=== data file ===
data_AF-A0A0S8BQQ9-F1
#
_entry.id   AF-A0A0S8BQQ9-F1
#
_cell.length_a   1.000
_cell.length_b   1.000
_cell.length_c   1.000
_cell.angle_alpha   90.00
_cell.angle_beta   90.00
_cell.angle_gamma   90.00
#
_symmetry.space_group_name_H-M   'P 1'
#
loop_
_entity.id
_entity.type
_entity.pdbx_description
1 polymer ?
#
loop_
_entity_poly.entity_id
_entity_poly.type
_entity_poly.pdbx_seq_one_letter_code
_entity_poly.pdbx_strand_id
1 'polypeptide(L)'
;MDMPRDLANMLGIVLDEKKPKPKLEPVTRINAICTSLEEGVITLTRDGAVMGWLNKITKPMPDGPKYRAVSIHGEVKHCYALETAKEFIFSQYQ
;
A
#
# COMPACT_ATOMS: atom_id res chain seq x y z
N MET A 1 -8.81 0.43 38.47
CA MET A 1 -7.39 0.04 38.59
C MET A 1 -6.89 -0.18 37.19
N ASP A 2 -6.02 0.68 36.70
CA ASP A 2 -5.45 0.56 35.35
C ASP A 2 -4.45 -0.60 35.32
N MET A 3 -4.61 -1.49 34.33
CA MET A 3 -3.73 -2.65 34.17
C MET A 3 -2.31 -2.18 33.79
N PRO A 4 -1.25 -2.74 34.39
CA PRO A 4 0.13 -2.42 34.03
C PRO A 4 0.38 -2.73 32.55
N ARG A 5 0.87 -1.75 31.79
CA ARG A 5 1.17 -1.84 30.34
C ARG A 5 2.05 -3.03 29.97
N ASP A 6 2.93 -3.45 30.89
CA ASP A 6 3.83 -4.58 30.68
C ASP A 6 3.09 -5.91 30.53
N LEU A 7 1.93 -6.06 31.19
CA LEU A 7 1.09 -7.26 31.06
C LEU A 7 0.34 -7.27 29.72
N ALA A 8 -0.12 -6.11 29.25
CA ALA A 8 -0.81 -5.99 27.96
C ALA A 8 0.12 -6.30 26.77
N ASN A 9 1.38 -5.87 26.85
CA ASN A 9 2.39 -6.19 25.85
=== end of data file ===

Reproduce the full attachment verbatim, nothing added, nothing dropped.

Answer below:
data_AF-A0A0S8BQQ9-F1
#
_entry.id   AF-A0A0S8BQQ9-F1
#
_cell.length_a   1.000
_cell.length_b   1.000
_cell.length_c   1.000
_cell.angle_alpha   90.00
_cell.angle_beta   90.00
_cell.angle_gamma   90.00
#
_symmetry.space_group_name_H-M   'P 1'
#
loop_
_entity.id
_entity.type
_entity.pdbx_description
1 polymer ?
#
loop_
_entity_poly.entity_id
_entity_poly.type
_entity_poly.pdbx_seq_one_letter_code
_entity_poly.pdbx_strand_id
1 'polypeptide(L)'
;MDMPRDLANMLGIVLDEKKPKPKLEPVTRINAICTSLEEGVITLTRDGAVMGWLNKITKPMPDGPKYRAVSIHGEVKHCYALETAKEFIFSQYQ
;
A
#
# COMPACT_ATOMS: atom_id res chain seq x y z
N MET A 1 -8.81 0.43 38.47
CA MET A 1 -7.39 0.04 38.59
C MET A 1 -6.89 -0.18 37.19
N ASP A 2 -6.02 0.68 36.70
CA ASP A 2 -5.45 0.56 35.35
C ASP A 2 -4.45 -0.60 35.32
N MET A 3 -4.61 -1.49 34.33
CA MET A 3 -3.73 -2.65 34.17
C MET A 3 -2.31 -2.18 33.79
N PRO A 4 -1.25 -2.74 34.39
CA PRO A 4 0.13 -2.42 34.03
C PRO A 4 0.38 -2.73 32.55
N ARG A 5 0.87 -1.75 31.79
CA ARG A 5 1.17 -1.84 30.34
C ARG A 5 2.05 -3.03 29.97
N ASP A 6 2.93 -3.45 30.89
CA ASP A 6 3.83 -4.58 30.68
C ASP A 6 3.09 -5.91 30.53
N LEU A 7 1.93 -6.06 31.19
CA LEU A 7 1.09 -7.26 31.06
C LEU A 7 0.34 -7.27 29.72
N ALA A 8 -0.12 -6.11 29.25
CA ALA A 8 -0.81 -5.99 27.96
C ALA A 8 0.12 -6.30 26.77
N ASN A 9 1.38 -5.87 26.85
CA ASN A 9 2.39 -6.19 25.85